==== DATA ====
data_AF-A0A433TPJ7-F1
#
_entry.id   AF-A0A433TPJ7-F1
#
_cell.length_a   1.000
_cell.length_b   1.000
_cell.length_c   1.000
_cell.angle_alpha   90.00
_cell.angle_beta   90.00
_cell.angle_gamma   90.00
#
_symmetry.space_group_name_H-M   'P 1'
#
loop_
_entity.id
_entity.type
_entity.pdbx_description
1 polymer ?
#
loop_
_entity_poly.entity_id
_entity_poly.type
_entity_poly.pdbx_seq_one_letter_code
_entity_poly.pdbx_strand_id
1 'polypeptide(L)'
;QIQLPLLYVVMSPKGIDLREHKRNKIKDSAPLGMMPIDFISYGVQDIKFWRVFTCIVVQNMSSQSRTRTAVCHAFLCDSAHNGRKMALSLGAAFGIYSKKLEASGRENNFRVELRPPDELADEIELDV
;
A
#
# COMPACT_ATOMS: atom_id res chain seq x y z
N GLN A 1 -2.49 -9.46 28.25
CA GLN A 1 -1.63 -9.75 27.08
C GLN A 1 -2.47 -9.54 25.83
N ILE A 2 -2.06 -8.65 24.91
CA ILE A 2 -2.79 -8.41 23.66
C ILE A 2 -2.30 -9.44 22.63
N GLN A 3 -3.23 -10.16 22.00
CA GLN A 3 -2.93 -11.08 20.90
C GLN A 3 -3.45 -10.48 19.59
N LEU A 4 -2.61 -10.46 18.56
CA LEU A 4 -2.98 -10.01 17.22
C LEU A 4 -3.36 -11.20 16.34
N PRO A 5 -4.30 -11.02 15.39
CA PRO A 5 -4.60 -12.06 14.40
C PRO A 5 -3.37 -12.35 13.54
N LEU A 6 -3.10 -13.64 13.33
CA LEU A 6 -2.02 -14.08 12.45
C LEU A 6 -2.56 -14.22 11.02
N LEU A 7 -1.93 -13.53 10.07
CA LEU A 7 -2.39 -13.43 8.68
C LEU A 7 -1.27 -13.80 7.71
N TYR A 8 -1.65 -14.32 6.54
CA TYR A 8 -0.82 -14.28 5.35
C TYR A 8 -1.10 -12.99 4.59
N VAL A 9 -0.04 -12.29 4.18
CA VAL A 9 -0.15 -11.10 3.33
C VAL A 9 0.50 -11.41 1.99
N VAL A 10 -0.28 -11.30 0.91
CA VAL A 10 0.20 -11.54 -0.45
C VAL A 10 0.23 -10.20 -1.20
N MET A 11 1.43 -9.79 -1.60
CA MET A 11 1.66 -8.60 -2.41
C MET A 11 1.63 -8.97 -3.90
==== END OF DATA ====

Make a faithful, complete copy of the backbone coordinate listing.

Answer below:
data_AF-A0A433TPJ7-F1
#
_entry.id   AF-A0A433TPJ7-F1
#
_cell.length_a   1.000
_cell.length_b   1.000
_cell.length_c   1.000
_cell.angle_alpha   90.00
_cell.angle_beta   90.00
_cell.angle_gamma   90.00
#
_symmetry.space_group_name_H-M   'P 1'
#
loop_
_entity.id
_entity.type
_entity.pdbx_description
1 polymer ?
#
loop_
_entity_poly.entity_id
_entity_poly.type
_entity_poly.pdbx_seq_one_letter_code
_entity_poly.pdbx_strand_id
1 'polypeptide(L)'
;QIQLPLLYVVMSPKGIDLREHKRNKIKDSAPLGMMPIDFISYGVQDIKFWRVFTCIVVQNMSSQSRTRTAVCHAFLCDSAHNGRKMALSLGAAFGIYSKKLEASGRENNFRVELRPPDELADEIELDV
;
A
#
# COMPACT_ATOMS: atom_id res chain seq x y z
N GLN A 1 -2.49 -9.46 28.25
CA GLN A 1 -1.63 -9.75 27.08
C GLN A 1 -2.47 -9.54 25.83
N ILE A 2 -2.06 -8.65 24.91
CA ILE A 2 -2.79 -8.41 23.66
C ILE A 2 -2.30 -9.44 22.63
N GLN A 3 -3.23 -10.16 22.00
CA GLN A 3 -2.93 -11.08 20.90
C GLN A 3 -3.45 -10.48 19.59
N LEU A 4 -2.61 -10.46 18.56
CA LEU A 4 -2.98 -10.01 17.22
C LEU A 4 -3.36 -11.20 16.34
N PRO A 5 -4.30 -11.02 15.39
CA PRO A 5 -4.60 -12.06 14.40
C PRO A 5 -3.37 -12.35 13.54
N LEU A 6 -3.10 -13.64 13.33
CA LEU A 6 -2.02 -14.08 12.45
C LEU A 6 -2.56 -14.22 11.02
N LEU A 7 -1.93 -13.53 10.07
CA LEU A 7 -2.39 -13.43 8.68
C LEU A 7 -1.27 -13.80 7.71
N TYR A 8 -1.65 -14.32 6.54
CA TYR A 8 -0.82 -14.28 5.35
C TYR A 8 -1.10 -12.99 4.59
N VAL A 9 -0.04 -12.29 4.18
CA VAL A 9 -0.15 -11.10 3.33
C VAL A 9 0.50 -11.41 1.99
N VAL A 10 -0.28 -11.30 0.91
CA VAL A 10 0.20 -11.54 -0.45
C VAL A 10 0.23 -10.20 -1.20
N MET A 11 1.43 -9.79 -1.60
CA MET A 11 1.66 -8.60 -2.41
C MET A 11 1.63 -8.97 -3.90